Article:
If you go out at night in a rural, unlit area, especially when the Moon is below the horizon, you cannot miss that band of hazy light that seems to be arcing across the sky. Neither did ancient civilizations miss this bright streak we now call the Milky Way, and they came up with a variety of imaginative, mythical explanations for it. Most North American Indians, for instance, regarded the Milky Way as the pathway which souls follow on their way to the otherworld. To many Australian Aboriginals, on the other hand, as well as to most people of Asia (e.g., in China, India, Japan, Korea, and north Siberia), the Milky Way was a river, a silvery shining celestial stream (in Sanskrit it is called “Ganges of the heavens”). On the other side of the globe, the Peruvian Inca also believed the Milky Way to be a great heavenly river, from which the thunder god drew the water which he poured down as rain.
The phenomenon of different mythologies coming up with similar stories was not uncommon. In the lore of both the Finnic people (indigenous populations of Estonia and Finland) and the Baltic people (of Latvia and Lithuania), as well as in the Turkic and Tatar languages, the Milky Way is known as “the birds’ road.” This name apparently reflected the observation that migratory birds tend to use the Milky Way as a guide on their way north.
Where then did the name Milky Way come from? As with so many other concepts in the western tradition, the first to associate the Milky Way with milk were the ancient Egyptians. The source of the milk was supposed to be the divine cow Bat, a deity later combined with the parallel cow-goddess Hathor. But the actual name Milky Way (in Greek, Galaxias), was derived from Greek mythology (milk in Greek is Gala). According to legend, Zeus allowed his infant son Herakles (born to a mortal woman) to breastfeed on the milk of Zeus’s divine wife Hera, while the latter was asleep. Upon waking up, Hera tore her breast from the infant’s lips and the milk which spurted out formed the Milky Way (the event is beautifully depicted in Tintoretto’s painting, “The Origin of the Milky Way,” Figure 1). A similar story appears in Roman mythology, involving goddess Opis’s attempt to salvage her newborn son Jupiter from being swallowed by her husband Saturn. Even the Buryats of Siberia share somewhat similar legends.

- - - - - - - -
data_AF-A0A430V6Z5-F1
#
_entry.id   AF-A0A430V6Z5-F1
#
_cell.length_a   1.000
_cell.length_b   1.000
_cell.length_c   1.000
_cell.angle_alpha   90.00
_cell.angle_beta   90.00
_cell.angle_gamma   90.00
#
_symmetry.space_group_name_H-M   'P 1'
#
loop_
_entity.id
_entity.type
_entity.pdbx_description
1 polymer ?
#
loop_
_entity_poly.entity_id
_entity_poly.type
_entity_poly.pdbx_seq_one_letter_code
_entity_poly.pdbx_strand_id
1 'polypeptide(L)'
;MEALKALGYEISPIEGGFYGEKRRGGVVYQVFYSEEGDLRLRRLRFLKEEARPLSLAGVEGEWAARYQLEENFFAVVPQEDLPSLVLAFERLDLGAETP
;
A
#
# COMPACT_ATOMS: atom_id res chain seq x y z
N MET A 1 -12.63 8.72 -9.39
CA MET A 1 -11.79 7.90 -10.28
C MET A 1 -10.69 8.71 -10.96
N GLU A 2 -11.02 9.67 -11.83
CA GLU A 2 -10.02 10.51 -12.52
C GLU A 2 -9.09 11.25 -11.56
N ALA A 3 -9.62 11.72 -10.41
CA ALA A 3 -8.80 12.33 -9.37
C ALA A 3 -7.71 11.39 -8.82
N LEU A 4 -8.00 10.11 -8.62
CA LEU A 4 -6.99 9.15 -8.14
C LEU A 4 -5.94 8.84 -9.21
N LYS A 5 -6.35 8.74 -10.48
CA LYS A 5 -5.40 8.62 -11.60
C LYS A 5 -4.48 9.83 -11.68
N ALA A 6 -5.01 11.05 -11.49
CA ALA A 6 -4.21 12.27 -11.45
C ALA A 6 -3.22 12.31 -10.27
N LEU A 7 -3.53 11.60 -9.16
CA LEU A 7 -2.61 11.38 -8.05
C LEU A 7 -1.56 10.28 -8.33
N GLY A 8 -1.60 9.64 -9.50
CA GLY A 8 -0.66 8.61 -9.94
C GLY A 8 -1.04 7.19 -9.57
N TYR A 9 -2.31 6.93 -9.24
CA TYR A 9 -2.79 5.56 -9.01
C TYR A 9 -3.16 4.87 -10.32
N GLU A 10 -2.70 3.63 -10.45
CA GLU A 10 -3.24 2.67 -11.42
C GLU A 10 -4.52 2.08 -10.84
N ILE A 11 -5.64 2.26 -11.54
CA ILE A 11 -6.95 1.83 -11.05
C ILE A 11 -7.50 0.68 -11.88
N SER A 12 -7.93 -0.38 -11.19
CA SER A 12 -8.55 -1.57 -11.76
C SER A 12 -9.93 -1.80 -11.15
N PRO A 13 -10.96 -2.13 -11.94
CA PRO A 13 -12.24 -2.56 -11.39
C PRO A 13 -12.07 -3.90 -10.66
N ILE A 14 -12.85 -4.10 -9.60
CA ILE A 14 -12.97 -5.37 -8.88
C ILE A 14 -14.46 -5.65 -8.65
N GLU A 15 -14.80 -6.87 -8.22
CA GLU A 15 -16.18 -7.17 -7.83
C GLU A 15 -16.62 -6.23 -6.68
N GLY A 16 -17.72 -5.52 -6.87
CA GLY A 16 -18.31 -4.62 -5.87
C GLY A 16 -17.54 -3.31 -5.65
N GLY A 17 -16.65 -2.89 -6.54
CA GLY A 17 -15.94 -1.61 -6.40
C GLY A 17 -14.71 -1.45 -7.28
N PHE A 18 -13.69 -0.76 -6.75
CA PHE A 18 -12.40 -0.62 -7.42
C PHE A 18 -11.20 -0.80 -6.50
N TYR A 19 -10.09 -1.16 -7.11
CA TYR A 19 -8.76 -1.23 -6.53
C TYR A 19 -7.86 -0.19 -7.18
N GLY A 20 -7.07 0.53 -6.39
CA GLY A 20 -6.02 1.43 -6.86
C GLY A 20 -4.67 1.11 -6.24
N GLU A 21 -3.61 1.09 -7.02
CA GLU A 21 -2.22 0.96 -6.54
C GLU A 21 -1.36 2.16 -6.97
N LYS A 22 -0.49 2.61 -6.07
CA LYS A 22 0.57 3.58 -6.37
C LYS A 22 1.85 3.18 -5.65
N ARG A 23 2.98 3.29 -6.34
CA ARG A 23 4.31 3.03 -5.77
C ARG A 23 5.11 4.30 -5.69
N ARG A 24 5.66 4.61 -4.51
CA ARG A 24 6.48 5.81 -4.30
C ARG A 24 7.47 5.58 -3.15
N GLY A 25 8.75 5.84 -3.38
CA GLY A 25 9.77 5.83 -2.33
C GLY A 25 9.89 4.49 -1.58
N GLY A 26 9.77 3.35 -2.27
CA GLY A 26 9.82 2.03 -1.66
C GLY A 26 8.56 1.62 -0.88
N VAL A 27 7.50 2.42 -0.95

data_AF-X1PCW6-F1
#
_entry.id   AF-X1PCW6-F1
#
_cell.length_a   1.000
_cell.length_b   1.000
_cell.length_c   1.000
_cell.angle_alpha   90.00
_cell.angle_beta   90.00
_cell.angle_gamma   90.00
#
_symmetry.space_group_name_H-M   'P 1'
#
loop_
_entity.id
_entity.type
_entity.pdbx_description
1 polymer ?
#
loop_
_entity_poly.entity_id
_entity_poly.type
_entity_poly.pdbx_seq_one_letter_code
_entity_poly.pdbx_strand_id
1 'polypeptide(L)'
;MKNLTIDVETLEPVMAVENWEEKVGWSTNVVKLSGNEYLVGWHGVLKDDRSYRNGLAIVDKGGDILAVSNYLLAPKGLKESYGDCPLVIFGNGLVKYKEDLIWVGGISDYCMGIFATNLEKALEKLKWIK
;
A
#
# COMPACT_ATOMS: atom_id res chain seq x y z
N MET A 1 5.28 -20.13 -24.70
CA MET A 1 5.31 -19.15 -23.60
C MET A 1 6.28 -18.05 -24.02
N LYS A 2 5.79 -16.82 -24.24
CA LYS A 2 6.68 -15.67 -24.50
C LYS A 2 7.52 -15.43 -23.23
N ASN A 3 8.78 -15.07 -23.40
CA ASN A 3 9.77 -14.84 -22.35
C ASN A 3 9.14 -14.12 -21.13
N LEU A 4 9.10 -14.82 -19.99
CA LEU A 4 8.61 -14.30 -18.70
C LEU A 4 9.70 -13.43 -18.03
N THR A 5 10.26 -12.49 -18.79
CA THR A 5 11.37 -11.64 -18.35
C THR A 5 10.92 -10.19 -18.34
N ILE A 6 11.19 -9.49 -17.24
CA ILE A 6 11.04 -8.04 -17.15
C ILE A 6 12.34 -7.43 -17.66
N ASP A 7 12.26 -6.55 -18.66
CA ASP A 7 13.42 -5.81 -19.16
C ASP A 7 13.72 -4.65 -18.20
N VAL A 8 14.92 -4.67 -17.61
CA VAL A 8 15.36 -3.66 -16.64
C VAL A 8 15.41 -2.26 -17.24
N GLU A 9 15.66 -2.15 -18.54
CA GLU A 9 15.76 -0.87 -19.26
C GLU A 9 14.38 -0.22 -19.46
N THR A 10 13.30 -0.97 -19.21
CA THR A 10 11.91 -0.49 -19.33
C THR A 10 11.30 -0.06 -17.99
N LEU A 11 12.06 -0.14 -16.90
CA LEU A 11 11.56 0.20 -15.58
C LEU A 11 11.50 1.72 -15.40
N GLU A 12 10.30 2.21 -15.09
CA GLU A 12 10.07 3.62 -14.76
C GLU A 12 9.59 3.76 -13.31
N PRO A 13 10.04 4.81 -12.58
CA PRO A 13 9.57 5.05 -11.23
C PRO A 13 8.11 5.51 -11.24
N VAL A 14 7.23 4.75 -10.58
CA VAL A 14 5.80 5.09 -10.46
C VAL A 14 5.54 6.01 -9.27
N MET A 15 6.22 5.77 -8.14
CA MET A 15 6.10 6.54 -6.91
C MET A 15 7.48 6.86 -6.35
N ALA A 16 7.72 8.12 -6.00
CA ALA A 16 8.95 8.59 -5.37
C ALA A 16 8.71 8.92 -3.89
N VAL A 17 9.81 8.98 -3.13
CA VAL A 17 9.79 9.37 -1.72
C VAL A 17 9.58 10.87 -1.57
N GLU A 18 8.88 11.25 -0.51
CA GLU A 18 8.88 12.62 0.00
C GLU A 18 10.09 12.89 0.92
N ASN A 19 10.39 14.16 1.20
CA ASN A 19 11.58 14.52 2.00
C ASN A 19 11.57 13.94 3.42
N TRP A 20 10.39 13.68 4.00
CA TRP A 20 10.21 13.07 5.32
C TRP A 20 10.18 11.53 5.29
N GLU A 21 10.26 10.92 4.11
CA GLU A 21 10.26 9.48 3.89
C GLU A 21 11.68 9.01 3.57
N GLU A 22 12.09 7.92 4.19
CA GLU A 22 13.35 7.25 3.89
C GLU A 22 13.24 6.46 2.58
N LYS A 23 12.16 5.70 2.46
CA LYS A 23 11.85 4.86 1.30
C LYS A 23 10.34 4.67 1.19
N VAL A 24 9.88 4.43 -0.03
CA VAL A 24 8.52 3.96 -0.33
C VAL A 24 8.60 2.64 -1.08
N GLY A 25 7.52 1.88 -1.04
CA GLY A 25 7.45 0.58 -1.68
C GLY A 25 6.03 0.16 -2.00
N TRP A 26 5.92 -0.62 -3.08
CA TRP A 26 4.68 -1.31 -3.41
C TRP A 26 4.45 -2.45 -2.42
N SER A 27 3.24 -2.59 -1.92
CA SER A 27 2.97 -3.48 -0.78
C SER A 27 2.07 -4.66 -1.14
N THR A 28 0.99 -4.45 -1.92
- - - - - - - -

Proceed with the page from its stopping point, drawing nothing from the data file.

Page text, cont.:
The first to suggest (in the fifth century BCE) that the Milky Way might consist of very distant stars were the Greek philosophers Anaxagoras and Democritus. While Aristotle was of a different opinion, Democritus’s views were supported by observations in the sixth century by Olympiodorus the Younger, and later by a number of Arab and Persian astronomers (including al-Biruni, Al-Jawziyya, and al-Din al-Tusi).
The actual proof that the Milky Way was a huge collection of stars came from none other than Galileo Galilei. When he turned his world-changing telescope to that patch of dim light that runs across the night sky he almost couldn’t believe his eyes. Like today’s breaking-up of a pixelated image, the seemingly smooth splash turned out to be, in Galileo’s words: “Nothing else than a congeries of innumerable stars distributed in clusters.” And since, as he noted, “to whatever region of it you direct your spyglass an immense number of stars immediately offer themselves to view,” the true nature of the Milky Way had finally been revealed. Galileo therefore concluded that “all the disputes that for so many generations have vexed philosophers are destroyed by visible certainty, and we are liberated from worldly arguments.”
At least some of Galileo’s contemporaries reacted enthusiastically. Perhaps the Scottish poet Thomas Seggett expressed it best: “Columbus gave man lands to conquer by bloodshed, Galileo new worlds harmful to none. Which is better?”
Today we can marvel at such fantastic images of the center of the Milky Way as the one taken by all three of the Great Observatories: Hubble, Chandra, and Spitzer (Figure 2). We’ve come a long way from the myths, and we’re looking for others in the Galaxy who might have done the same.